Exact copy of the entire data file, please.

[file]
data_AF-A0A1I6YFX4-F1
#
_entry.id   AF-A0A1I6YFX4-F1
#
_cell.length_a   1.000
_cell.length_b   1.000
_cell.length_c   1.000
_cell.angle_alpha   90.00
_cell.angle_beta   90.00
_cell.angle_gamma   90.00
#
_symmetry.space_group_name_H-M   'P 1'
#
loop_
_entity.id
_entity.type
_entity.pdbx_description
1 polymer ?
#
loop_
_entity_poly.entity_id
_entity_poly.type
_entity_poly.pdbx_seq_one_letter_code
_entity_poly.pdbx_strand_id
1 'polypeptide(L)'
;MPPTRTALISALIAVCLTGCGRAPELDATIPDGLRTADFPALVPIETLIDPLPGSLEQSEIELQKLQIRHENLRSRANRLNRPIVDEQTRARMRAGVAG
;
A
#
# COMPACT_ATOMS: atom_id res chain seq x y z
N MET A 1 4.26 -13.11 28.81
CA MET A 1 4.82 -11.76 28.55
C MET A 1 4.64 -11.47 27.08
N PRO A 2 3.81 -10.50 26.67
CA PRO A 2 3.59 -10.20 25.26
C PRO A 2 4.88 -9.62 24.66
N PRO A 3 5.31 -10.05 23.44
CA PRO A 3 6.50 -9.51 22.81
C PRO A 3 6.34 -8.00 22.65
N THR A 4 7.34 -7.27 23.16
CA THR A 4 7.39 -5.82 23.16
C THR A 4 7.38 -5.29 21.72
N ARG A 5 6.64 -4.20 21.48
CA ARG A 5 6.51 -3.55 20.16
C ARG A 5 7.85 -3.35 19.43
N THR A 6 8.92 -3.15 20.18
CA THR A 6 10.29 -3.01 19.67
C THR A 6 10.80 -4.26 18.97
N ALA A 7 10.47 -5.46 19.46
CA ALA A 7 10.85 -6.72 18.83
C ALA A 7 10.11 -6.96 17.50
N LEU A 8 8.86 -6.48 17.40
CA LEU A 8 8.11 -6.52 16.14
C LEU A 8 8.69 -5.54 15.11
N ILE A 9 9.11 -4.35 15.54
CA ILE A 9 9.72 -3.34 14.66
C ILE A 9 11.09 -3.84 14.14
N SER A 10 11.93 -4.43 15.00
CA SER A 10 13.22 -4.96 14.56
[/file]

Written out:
data_AF-A0A1I6YFX4-F1
#
_entry.id   AF-A0A1I6YFX4-F1
#
_cell.length_a   1.000
_cell.length_b   1.000
_cell.length_c   1.000
_cell.angle_alpha   90.00
_cell.angle_beta   90.00
_cell.angle_gamma   90.00
#
_symmetry.space_group_name_H-M   'P 1'
#
loop_
_entity.id
_entity.type
_entity.pdbx_description
1 polymer ?
#
loop_
_entity_poly.entity_id
_entity_poly.type
_entity_poly.pdbx_seq_one_letter_code
_entity_poly.pdbx_strand_id
1 'polypeptide(L)'
;MPPTRTALISALIAVCLTGCGRAPELDATIPDGLRTADFPALVPIETLIDPLPGSLEQSEIELQKLQIRHENLRSRANRLNRPIVDEQTRARMRAGVAG
;
A
#
# COMPACT_ATOMS: atom_id res chain seq x y z
N MET A 1 4.26 -13.11 28.81
CA MET A 1 4.82 -11.76 28.55
C MET A 1 4.64 -11.47 27.08
N PRO A 2 3.81 -10.50 26.67
CA PRO A 2 3.59 -10.20 25.26
C PRO A 2 4.88 -9.62 24.66
N PRO A 3 5.31 -10.05 23.44
CA PRO A 3 6.50 -9.51 22.81
C PRO A 3 6.34 -8.00 22.65
N THR A 4 7.34 -7.27 23.16
CA THR A 4 7.39 -5.82 23.16
C THR A 4 7.38 -5.29 21.72
N ARG A 5 6.64 -4.20 21.48
CA ARG A 5 6.51 -3.55 20.16
C ARG A 5 7.85 -3.35 19.43
N THR A 6 8.92 -3.15 20.18
CA THR A 6 10.29 -3.01 19.67
C THR A 6 10.80 -4.26 18.97
N ALA A 7 10.47 -5.46 19.46
CA ALA A 7 10.85 -6.72 18.83
C ALA A 7 10.11 -6.96 17.50
N LEU A 8 8.86 -6.48 17.40
CA LEU A 8 8.11 -6.52 16.14
C LEU A 8 8.69 -5.54 15.11
N ILE A 9 9.11 -4.35 15.54
CA ILE A 9 9.72 -3.34 14.66
C ILE A 9 11.09 -3.84 14.14
N SER A 10 11.93 -4.43 15.00
CA SER A 10 13.22 -4.96 14.56